Terrifying Footage Shows Air Racing Pilot’s Brush With Death

Even on the ground, air racing is as dangerous as it gets.

byChris Cantle|
Terrifying Footage Shows Air Racing Pilot’s Brush With Death

Say what you will about the risks of racing cars or motorcycles; the annual Reno Air Races take the cake for danger. The event dates back to the 1960s, when surplus WWII era aircraft were plentiful, and apparently pilots were too. Racing NASCAR-style against other pilots around track in the sky, the race is a spectacular display of human skill and accomplishment. It's also had it's share of heartbreak and tragedy.

In this video, Formula One pilot Thom Richard escapes one of those tragedies by the thinnest of margins. When his airplane "Hot Stuff" develops engine trouble just before takeoff, Richard signals to the race organizer that he won't be able to take off by cutting his engine and raising his canopy. As the footage shows, that message apparently wasn't received by the other aircraft preparing for takeoff.

Seconds after two other racers pass off the wingtips of Richard’s airplane another racer appears directly behind the stranded aircraft – clearly on a collision course. Richard, whose arms were out of the cockpit and signaling the race organizer, and whose head was only slightly under Hot Stuff’s turtle deck, simply had no place to hide.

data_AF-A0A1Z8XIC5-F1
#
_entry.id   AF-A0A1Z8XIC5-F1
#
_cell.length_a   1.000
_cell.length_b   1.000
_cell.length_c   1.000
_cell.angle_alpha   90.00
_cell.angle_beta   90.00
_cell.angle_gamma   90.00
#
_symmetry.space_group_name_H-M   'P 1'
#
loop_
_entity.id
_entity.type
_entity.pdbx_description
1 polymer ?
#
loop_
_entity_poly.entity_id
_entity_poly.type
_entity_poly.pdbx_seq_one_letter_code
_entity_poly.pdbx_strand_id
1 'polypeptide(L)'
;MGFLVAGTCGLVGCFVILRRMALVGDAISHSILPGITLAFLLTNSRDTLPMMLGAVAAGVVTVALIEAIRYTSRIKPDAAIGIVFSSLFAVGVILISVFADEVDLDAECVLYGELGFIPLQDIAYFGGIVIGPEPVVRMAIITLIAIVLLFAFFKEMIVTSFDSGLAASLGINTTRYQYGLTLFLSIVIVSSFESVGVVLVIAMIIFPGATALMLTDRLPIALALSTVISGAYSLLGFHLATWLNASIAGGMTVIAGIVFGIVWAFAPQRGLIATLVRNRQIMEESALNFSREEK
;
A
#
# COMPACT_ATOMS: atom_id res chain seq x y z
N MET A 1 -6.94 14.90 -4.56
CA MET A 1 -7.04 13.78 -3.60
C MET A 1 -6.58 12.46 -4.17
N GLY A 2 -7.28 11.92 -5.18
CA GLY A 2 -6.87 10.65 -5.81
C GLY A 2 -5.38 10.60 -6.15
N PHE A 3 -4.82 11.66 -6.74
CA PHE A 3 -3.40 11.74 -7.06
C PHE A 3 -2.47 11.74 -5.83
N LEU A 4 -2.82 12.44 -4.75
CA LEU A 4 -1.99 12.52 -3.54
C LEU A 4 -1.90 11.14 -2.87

Somehow, despite taking a hit on the hand from a speeding airplane, Richard made it through the collision without major injuries. Like any other racer, on climbing out of the wreckage, most of his frustrations seem to involve the needless waste of good hardware.

High performance aircraft, especially “tail draggers” like these Formula One racers, frequently have abysmal forward visibility on the ground. While it explains why the pilot of the other plane involved in the accident didn't attempt to avoid Richard’s aircraft, it doesn’t satisfy the bigger question of how the heat was green-flagged in the first place; a dangerous occurrence that seems to be as common on road courses as it is on runways.